Verse 7 describes His reign. 

1. eternal and universal government (cf. Mic. 5:4)

2. eternal and universal peace (cf. Mic. 5:5a)

3. reigns on Davidic throne (cf. 16:5; II Samuel 7)

4. establishes justice and righteousness forever (these two nouns often used together, cf. 32:16; 33:5; 59:14)

5. the zeal of YHWH is the guarantee of its reality

Verse 7 certainly sounds like an eternal reign (cf. Dan. 2:44; 4:3,34; 6:26; 7:13-14,27; Ezek. 37:25; Mic. 4:7; 5:4; II Pet. 1:11), not a limited millennial reign (see my notes in the Revelation Commentary, "Crucial Introduction" and Introduction to chapter 20 at ). This promise is the essence of the concept of a new age of the Spirit! The total and complete reversal of the Fall. The reinstatement of God' ideal (i.e., the fellowship of the Garden of Eden).

8The Lord sends a message against Jacob,
And it falls on Israel.
9And all the people know it,
That is, Ephraim and the inhabitants of Samaria,
Asserting in pride and in arrogance of heart:
10"The bricks have fallen down, But we will rebuild with smooth stones;
The sycamores have been cut down,
But we will replace them with cedars."
11Therefore the Lord raises against them adversaries from Rezin
And spurs their enemies on,
12The Arameans on the east and the Philistines on the west;
And they devour Israel with gaping jaws.
In spite of all this, His anger does not turn away
And His hand is still stretched out.

9:8-12 God has sent a clear message to the Northern Tribes. They have heard it and understood it (cf. v. 9a), yet their response is unacceptable.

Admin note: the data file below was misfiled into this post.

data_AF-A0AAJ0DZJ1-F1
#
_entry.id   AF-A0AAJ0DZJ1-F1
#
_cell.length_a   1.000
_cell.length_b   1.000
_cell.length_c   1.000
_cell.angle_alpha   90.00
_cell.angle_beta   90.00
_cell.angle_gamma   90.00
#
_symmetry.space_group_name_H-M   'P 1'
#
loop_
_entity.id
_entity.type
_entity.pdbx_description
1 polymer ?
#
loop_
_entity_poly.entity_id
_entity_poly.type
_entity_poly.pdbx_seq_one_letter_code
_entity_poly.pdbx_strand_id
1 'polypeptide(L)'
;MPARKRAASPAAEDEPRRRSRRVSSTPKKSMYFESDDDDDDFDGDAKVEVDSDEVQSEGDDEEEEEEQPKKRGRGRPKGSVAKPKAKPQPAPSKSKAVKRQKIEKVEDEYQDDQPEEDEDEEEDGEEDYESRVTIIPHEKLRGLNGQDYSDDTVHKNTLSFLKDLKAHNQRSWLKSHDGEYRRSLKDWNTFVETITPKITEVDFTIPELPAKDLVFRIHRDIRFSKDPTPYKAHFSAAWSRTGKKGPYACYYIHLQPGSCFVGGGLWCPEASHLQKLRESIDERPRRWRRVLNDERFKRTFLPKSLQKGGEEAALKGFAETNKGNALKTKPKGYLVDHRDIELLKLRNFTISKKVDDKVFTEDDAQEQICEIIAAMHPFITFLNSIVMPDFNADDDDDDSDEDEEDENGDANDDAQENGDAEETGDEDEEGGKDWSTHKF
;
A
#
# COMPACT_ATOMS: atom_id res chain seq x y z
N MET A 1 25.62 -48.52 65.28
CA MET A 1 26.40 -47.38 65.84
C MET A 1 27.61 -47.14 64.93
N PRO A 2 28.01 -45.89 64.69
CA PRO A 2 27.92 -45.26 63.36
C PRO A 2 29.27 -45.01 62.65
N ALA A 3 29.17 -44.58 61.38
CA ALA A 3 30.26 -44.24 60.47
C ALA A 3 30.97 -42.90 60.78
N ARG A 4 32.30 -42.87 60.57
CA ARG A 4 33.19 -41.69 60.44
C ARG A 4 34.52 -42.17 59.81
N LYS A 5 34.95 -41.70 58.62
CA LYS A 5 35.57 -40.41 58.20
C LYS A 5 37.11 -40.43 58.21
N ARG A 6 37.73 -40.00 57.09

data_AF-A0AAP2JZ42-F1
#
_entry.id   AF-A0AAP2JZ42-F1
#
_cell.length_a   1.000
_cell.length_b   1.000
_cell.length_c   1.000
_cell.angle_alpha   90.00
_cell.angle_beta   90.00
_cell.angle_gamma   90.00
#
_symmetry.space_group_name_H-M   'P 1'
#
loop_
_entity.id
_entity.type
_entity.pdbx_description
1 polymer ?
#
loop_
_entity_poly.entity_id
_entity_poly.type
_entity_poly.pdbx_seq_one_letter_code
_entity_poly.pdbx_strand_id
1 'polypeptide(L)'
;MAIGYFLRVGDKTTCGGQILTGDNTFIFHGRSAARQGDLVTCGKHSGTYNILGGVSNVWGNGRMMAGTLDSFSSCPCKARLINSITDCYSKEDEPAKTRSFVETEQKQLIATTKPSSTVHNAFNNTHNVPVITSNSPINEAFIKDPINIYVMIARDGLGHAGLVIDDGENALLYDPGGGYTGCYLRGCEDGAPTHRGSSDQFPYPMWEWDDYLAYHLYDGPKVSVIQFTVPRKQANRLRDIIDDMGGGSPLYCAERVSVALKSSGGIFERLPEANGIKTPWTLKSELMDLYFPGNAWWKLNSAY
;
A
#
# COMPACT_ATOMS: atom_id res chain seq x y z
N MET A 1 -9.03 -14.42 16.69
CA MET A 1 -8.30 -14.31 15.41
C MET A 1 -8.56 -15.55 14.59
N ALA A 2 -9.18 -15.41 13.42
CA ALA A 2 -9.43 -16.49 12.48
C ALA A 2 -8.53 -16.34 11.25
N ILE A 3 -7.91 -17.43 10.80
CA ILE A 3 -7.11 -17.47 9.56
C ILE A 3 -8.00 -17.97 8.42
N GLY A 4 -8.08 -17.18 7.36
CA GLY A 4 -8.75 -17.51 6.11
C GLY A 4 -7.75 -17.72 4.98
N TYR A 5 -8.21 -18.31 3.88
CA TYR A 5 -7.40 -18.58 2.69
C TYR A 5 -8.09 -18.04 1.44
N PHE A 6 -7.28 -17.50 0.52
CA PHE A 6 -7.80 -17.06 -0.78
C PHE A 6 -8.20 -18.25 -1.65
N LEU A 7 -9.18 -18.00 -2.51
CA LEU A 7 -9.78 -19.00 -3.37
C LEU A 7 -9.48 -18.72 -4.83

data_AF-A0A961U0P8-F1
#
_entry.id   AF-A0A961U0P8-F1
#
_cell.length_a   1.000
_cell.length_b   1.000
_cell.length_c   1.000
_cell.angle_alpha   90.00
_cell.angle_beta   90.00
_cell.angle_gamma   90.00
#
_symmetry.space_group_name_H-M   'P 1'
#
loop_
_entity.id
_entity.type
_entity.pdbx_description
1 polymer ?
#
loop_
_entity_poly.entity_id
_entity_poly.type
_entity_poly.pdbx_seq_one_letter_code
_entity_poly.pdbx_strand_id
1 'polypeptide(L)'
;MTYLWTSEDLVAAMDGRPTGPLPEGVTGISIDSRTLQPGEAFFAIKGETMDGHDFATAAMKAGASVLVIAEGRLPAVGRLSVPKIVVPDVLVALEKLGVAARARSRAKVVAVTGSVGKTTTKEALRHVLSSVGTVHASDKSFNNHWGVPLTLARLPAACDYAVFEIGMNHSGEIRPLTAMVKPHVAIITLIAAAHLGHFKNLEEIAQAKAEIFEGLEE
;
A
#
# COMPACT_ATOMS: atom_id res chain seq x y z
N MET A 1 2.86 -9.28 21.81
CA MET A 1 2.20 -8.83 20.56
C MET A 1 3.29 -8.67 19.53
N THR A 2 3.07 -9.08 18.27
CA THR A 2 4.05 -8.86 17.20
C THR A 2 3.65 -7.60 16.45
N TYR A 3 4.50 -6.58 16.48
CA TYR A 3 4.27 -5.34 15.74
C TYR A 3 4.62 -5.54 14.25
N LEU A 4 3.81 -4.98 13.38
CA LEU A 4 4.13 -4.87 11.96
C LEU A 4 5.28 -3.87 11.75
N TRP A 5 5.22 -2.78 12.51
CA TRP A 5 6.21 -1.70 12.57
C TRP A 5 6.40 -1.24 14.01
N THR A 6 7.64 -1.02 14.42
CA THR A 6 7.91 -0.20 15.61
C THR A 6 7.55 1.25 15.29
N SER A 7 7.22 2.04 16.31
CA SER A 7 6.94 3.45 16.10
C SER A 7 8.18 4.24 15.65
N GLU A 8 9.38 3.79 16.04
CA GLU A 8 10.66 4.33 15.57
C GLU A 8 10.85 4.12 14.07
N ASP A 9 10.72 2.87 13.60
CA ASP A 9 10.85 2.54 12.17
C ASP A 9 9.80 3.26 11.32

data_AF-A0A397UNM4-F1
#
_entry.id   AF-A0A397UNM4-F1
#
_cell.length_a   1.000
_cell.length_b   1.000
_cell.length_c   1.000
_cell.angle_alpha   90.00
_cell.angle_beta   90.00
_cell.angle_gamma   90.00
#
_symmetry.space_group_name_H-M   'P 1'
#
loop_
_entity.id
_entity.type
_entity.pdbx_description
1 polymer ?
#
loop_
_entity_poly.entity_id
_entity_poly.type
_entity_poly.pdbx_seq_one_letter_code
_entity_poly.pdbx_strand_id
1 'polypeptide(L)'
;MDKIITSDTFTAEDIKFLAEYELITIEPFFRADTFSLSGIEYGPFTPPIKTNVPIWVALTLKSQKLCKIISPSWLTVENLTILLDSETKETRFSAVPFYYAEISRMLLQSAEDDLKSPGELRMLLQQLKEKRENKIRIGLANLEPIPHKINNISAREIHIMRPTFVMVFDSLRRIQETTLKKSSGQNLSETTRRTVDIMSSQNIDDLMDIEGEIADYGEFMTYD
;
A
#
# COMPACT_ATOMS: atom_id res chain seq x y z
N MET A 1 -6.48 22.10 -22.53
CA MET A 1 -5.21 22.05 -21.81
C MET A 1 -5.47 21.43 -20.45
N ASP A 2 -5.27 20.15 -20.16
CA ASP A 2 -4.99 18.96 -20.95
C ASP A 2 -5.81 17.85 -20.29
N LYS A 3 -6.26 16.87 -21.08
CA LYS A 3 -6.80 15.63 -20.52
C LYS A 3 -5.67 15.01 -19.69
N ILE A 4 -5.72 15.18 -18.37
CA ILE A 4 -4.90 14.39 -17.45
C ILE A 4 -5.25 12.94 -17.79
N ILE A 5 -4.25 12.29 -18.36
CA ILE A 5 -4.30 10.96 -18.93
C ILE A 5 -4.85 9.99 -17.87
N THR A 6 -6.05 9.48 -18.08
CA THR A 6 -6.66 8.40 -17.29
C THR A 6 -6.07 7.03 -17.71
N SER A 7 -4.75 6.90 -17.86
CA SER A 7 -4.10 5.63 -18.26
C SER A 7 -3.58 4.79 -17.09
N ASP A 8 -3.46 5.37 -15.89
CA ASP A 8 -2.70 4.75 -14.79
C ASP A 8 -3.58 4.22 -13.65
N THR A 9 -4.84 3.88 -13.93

1. They assert in pride (BDB 144) and arrogance (BDB 152)

a. they will rebuild after God's judgment, even better, v. 10

b. they will replant after God's judgment, even better, v. 10

2. YHWH raises (BDB 960, KB 1305, Piel imperfect) and stirs up (BDB 1127, Pilpel imperfect, only here and possibly 19:2)

a. Syria

b. Philistines

3. Yet still YHWH is agitated (cf. vv. 12,17,21)

a. His anger does not turn away

b. His hand is still stretched out


9:8-9 "Israel. . .Ephraim. . .Samaria" These three names designate the Northern Ten Tribes after the split in 922 b.c.

13Yet the people do not turn back to Him who struck them,
Nor do they seek the Lord of hosts.
14So the Lord cuts off head and tail from Israel,
Both palm branch and bulrush in a single day.
15The head is the elder and honorable man,
And the prophet who teaches falsehood is the tail.
16For those who guide this people are leading them astray;
And those who are guided by them are brought to confusion.
17Therefore the Lord does not take pleasure in their young men,
Nor does He have pity on their orphans or their widows;
For every one of them is godless and an evildoer,
And every mouth is speaking foolishness.
In spite of all this, His anger does not turn away
And His hand is still stretched out.

9:13-17 The reason for YHWH's continued anger is the lack of Israel's response.

1. They do not turn back (i.e., repent, lit. "turn," BDB 996, KB 1427, Qal perfect)

2. They do not seek (BDB 205, KB 233, Qal perfect) the Lord of hosts

Therefore, they are completely (head ["the elders"] and tail [prophets] cut off) destroyed! They are leading the people astray (BDB 1073, KB 1766, Hiphil participle) so they will be confused (lit. "shallowed up," BDB 118, KB 134, Pual participle). Jesus refers to this kind of leader in Matt. 15:14; 23:16,24. When your light has become darkness, how great is the darkness! He has no pity on (NRSV, MT, "rejoice over")